“Money is the most difficult thing because it’s a free show and I have to pay for everyone’s flights, accommodation, visa if they need it, show fee. And also I need to find a crew for visual, sound engineer and all that. So getting the money was actually the …hardest thing. Every year.”
Although Taiwanese Waves receives funding each year from the government, their rigid policy structure and ‘do-first-pay-later’ attitude still means much is required by way of funding the Taiwanese Waves event.
Furthermore, in the bigger scheme of things, the problem of whether Taiwanese artists can become financially sustainable through Western or worldwide expansion still remains unresolved. Mia expands on this in relation to the live performance sector, saying it’s more for exposure than anything else, but is nevertheless warranted for any guarantee at worldwide success:
“Income-wise I would say no, because from my experience meeting and working with local musicians, a lot of them are super well known, can just release one record every two years ad make a lot of money. Each of the band members would have another side job. Because yes, you can play a show that is thousand capacity sold out, but because of the management team, the booking agent, all the fees and splitting with the venue you can’t actually earn a lot of money. It’s more about I guess, exposure for sure. In the past wasn’t like that, people make music and make money out of it. But now… it makes more opportunities, for example if you’re a pretty well-known band and now a lot of money comes from licensing to movies, ads. It’s really just a matter of if the right people hear your music.”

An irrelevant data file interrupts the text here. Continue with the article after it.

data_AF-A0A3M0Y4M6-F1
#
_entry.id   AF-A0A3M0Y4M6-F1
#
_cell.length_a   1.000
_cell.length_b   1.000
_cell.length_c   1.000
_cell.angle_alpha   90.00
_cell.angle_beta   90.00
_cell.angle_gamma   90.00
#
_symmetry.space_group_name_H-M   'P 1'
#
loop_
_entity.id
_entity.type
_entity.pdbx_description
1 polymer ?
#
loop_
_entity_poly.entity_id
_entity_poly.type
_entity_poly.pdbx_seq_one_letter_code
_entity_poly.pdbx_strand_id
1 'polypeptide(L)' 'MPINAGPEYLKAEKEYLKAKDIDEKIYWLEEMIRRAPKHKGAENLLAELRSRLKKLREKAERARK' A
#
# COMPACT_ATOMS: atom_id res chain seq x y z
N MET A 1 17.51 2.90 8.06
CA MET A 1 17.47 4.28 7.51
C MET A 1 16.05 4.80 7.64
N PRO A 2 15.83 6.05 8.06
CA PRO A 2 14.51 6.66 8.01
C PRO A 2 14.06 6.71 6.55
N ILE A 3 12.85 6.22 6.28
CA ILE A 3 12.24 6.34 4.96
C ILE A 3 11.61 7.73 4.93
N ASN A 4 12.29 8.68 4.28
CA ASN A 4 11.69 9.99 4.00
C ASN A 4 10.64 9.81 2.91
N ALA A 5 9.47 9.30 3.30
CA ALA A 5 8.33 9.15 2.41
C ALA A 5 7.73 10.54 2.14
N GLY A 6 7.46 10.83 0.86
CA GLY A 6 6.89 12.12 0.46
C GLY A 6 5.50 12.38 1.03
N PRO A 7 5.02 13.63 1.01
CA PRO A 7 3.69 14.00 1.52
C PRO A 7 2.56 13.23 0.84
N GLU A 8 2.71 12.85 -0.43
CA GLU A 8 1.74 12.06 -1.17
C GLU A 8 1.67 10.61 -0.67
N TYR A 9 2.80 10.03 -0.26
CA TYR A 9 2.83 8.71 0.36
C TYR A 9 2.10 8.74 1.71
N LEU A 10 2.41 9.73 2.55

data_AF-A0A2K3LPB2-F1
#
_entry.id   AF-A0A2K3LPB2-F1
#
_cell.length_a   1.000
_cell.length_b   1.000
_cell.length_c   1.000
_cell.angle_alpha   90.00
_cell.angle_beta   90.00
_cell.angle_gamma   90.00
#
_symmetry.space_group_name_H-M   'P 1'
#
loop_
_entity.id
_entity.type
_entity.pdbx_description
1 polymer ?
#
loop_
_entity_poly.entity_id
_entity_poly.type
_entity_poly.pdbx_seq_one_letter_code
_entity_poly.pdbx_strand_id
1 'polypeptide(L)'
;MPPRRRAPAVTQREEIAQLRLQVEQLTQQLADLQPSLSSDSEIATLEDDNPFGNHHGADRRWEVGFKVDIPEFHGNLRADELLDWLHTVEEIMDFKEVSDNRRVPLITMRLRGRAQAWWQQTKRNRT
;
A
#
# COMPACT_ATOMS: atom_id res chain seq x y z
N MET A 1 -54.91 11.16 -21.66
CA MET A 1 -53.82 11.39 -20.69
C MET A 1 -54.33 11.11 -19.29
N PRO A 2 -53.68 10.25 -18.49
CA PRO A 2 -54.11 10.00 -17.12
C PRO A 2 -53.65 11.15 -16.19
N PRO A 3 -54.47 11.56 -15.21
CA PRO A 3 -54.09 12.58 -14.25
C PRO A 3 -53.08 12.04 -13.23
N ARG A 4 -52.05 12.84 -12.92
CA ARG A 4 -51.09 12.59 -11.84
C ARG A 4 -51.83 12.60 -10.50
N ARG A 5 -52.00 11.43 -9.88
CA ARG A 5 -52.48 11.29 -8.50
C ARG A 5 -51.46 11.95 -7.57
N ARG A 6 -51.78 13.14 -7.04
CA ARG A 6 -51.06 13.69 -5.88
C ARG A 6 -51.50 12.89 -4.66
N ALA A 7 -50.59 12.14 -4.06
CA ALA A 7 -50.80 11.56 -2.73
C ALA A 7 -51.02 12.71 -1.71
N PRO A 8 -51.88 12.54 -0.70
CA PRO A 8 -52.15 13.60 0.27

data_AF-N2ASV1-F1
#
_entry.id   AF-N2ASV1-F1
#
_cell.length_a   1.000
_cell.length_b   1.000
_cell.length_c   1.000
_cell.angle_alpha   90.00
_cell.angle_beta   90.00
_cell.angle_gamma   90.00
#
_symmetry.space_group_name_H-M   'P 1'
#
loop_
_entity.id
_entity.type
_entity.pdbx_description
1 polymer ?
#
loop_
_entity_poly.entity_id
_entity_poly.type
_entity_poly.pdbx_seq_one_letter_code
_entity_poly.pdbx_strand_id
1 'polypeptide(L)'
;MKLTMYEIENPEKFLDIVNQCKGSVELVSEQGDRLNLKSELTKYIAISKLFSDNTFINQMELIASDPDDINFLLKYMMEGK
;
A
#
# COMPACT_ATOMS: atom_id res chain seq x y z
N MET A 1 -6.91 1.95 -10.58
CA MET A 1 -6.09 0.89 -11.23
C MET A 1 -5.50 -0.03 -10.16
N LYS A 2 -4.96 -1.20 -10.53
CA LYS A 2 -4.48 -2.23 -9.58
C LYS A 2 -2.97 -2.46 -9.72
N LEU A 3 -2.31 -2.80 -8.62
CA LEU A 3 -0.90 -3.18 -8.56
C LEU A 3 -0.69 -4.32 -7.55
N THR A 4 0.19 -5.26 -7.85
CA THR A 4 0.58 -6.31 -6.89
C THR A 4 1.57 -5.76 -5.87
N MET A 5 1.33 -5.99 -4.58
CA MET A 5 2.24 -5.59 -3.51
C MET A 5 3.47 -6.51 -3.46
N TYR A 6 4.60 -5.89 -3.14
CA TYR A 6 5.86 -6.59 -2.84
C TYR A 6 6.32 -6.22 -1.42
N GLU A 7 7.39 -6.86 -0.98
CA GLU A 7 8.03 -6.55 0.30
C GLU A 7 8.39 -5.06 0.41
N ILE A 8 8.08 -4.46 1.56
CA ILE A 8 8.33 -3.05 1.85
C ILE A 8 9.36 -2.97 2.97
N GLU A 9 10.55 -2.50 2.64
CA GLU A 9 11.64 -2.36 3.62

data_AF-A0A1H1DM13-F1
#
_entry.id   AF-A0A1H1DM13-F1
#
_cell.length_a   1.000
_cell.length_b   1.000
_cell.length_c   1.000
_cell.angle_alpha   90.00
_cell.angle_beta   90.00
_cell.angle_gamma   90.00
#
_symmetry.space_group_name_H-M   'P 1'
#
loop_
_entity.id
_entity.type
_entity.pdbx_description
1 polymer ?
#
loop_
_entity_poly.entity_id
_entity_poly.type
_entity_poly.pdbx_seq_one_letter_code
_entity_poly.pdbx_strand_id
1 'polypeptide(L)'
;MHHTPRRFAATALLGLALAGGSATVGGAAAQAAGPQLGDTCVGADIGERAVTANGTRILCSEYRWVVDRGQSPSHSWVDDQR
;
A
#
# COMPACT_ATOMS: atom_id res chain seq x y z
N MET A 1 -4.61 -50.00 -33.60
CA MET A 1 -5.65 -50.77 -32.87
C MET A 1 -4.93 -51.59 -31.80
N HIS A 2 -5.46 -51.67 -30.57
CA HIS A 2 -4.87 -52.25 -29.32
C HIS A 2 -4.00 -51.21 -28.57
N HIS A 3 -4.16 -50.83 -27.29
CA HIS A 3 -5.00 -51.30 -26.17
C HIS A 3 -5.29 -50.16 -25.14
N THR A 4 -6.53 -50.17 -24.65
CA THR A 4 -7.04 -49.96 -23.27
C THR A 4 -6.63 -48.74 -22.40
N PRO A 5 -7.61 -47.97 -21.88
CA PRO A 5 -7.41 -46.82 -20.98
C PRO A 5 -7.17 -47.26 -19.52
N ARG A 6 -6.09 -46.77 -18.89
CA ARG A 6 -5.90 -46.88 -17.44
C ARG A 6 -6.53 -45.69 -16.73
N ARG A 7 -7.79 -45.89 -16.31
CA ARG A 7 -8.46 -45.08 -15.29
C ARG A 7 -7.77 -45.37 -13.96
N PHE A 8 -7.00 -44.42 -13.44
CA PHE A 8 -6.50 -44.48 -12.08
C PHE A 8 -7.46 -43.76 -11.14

Photo by Jhane HoangBut despite all these problems past and present, it is clear that Mia has certainly played an instrumental part in bringing Taiwanese music to new audiences in a way that none have attempted. While the Taiwanese government are content with their small showcases and bigger concert promoters are happy to promote cream-of-the-crop acts that have ubiquitous mainstream appeal, it’s clear that Mia isn’t in it for the money.
Through years of experimentation, drive and perseverance, she has created Taiwanese Waves as a channel through which Taiwanese music can be openly accessible in Western settings. In addition to this, her efforts in working with Taiwanese indie artists provide Western-based audiences with a whole new look at what Taiwanese music is all about. Mia’s story is one of drive, determination, fearlessness and a deep passion for overcoming cultural barriers as she perseveres in bringing Taiwanese music to a wider audience through her love for live performance. It takes a lot to go where no one has ever gone before, and she has certainly paved the path for others (including myself) in spreading Taiwanese music to the world, and breaking down cultural barriers.
Taiwanese Waves is a showcase held annually at Summerstage in New York’s Central Park during July. Check out our live review of the event from 2017 here.